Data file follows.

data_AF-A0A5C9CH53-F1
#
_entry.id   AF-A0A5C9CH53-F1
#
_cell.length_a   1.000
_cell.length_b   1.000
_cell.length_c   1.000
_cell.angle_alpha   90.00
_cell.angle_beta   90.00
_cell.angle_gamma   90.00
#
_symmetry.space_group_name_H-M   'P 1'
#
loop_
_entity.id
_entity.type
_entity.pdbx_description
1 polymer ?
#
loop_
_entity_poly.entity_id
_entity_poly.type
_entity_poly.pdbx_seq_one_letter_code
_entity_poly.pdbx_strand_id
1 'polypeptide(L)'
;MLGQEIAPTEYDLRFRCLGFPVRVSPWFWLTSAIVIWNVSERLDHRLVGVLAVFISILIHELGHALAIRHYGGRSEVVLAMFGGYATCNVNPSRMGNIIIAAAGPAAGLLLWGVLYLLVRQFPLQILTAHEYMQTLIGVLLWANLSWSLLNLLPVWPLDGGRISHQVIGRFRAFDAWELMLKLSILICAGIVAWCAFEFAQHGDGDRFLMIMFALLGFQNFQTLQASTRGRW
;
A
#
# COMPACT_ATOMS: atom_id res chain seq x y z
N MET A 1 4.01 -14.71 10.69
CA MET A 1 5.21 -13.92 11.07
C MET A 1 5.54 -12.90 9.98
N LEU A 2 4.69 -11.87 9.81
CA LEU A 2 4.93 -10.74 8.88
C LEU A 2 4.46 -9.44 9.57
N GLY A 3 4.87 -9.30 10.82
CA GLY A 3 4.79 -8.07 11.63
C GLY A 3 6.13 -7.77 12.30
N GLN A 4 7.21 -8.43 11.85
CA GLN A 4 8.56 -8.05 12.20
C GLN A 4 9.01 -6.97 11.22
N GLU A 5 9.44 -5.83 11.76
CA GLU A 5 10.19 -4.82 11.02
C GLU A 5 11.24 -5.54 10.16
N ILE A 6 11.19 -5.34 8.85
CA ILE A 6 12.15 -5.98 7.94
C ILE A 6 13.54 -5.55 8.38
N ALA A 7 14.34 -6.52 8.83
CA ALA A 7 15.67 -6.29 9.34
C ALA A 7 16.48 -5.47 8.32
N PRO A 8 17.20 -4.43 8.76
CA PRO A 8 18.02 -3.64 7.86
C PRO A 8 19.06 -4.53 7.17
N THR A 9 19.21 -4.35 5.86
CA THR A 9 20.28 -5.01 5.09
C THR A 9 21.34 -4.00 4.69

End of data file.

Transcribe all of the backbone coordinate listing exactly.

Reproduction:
data_AF-A0A5C9CH53-F1
#
_entry.id   AF-A0A5C9CH53-F1
#
_cell.length_a   1.000
_cell.length_b   1.000
_cell.length_c   1.000
_cell.angle_alpha   90.00
_cell.angle_beta   90.00
_cell.angle_gamma   90.00
#
_symmetry.space_group_name_H-M   'P 1'
#
loop_
_entity.id
_entity.type
_entity.pdbx_description
1 polymer ?
#
loop_
_entity_poly.entity_id
_entity_poly.type
_entity_poly.pdbx_seq_one_letter_code
_entity_poly.pdbx_strand_id
1 'polypeptide(L)'
;MLGQEIAPTEYDLRFRCLGFPVRVSPWFWLTSAIVIWNVSERLDHRLVGVLAVFISILIHELGHALAIRHYGGRSEVVLAMFGGYATCNVNPSRMGNIIIAAAGPAAGLLLWGVLYLLVRQFPLQILTAHEYMQTLIGVLLWANLSWSLLNLLPVWPLDGGRISHQVIGRFRAFDAWELMLKLSILICAGIVAWCAFEFAQHGDGDRFLMIMFALLGFQNFQTLQASTRGRW
;
A
#
# COMPACT_ATOMS: atom_id res chain seq x y z
N MET A 1 4.01 -14.71 10.69
CA MET A 1 5.21 -13.92 11.07
C MET A 1 5.54 -12.90 9.98
N LEU A 2 4.69 -11.87 9.81
CA LEU A 2 4.93 -10.74 8.88
C LEU A 2 4.46 -9.44 9.57
N GLY A 3 4.87 -9.30 10.82
CA GLY A 3 4.79 -8.07 11.63
C GLY A 3 6.13 -7.77 12.30
N GLN A 4 7.21 -8.43 11.85
CA GLN A 4 8.56 -8.05 12.20
C GLN A 4 9.01 -6.97 11.22
N GLU A 5 9.44 -5.83 11.76
CA GLU A 5 10.19 -4.82 11.02
C GLU A 5 11.24 -5.54 10.16
N ILE A 6 11.19 -5.34 8.85
CA ILE A 6 12.15 -5.98 7.94
C ILE A 6 13.54 -5.55 8.38
N ALA A 7 14.34 -6.52 8.83
CA ALA A 7 15.67 -6.29 9.34
C ALA A 7 16.48 -5.47 8.32
N PRO A 8 17.20 -4.43 8.76
CA PRO A 8 18.02 -3.64 7.86
C PRO A 8 19.06 -4.53 7.17
N THR A 9 19.21 -4.35 5.86
CA THR A 9 20.28 -5.01 5.09
C THR A 9 21.34 -4.00 4.69